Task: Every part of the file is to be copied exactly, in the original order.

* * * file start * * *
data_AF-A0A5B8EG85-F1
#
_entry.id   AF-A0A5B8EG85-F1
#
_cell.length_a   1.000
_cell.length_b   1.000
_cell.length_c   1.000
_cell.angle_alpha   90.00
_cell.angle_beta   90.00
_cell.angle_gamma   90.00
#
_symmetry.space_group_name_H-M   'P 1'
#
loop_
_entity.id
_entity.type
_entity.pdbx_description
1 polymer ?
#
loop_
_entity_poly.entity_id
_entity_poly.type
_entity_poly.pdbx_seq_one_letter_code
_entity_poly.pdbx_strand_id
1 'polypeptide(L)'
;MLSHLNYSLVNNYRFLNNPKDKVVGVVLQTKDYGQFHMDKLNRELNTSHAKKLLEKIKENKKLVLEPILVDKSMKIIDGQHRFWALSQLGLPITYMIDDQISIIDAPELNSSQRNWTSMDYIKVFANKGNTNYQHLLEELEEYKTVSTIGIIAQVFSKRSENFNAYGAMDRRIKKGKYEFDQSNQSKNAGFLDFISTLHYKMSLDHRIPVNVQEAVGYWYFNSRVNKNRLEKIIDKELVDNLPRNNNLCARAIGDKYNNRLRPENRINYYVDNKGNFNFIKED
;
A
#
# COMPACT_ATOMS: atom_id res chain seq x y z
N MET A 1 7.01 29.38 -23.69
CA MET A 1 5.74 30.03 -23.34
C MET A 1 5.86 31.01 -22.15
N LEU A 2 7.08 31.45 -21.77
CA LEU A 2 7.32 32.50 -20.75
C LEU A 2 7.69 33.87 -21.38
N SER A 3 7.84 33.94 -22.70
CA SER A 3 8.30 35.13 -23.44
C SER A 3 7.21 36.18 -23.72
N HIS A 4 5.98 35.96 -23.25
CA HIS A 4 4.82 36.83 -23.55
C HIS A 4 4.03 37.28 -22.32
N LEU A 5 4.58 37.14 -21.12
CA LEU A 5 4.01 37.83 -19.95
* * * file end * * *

data_AF-A0A5B8EG85-F1
#
_entry.id   AF-A0A5B8EG85-F1
#
_cell.length_a   1.000
_cell.length_b   1.000
_cell.length_c   1.000
_cell.angle_alpha   90.00
_cell.angle_beta   90.00
_cell.angle_gamma   90.00
#
_symmetry.space_group_name_H-M   'P 1'
#
loop_
_entity.id
_entity.type
_entity.pdbx_description
1 polymer ?
#
loop_
_entity_poly.entity_id
_entity_poly.type
_entity_poly.pdbx_seq_one_letter_code
_entity_poly.pdbx_strand_id
1 'polypeptide(L)'
;MLSHLNYSLVNNYRFLNNPKDKVVGVVLQTKDYGQFHMDKLNRELNTSHAKKLLEKIKENKKLVLEPILVDKSMKIIDGQHRFWALSQLGLPITYMIDDQISIIDAPELNSSQRNWTSMDYIKVFANKGNTNYQHLLEELEEYKTVSTIGIIAQVFSKRSENFNAYGAMDRRIKKGKYEFDQSNQSKNAGFLDFISTLHYKMSLDHRIPVNVQEAVGYWYFNSRVNKNRLEKIIDKELVDNLPRNNNLCARAIGDKYNNRLRPENRINYYVDNKGNFNFIKED
;
A
#
# COMPACT_ATOMS: atom_id res chain seq x y z
N MET A 1 7.01 29.38 -23.69
CA MET A 1 5.74 30.03 -23.34
C MET A 1 5.86 31.01 -22.15
N LEU A 2 7.08 31.45 -21.77
CA LEU A 2 7.32 32.50 -20.75
C LEU A 2 7.69 33.87 -21.38
N SER A 3 7.84 33.94 -22.70
CA SER A 3 8.30 35.13 -23.44
C SER A 3 7.21 36.18 -23.72
N HIS A 4 5.98 35.96 -23.25
CA HIS A 4 4.82 36.83 -23.55
C HIS A 4 4.03 37.28 -22.32
N LEU A 5 4.58 37.14 -21.12
CA LEU A 5 4.01 37.83 -19.95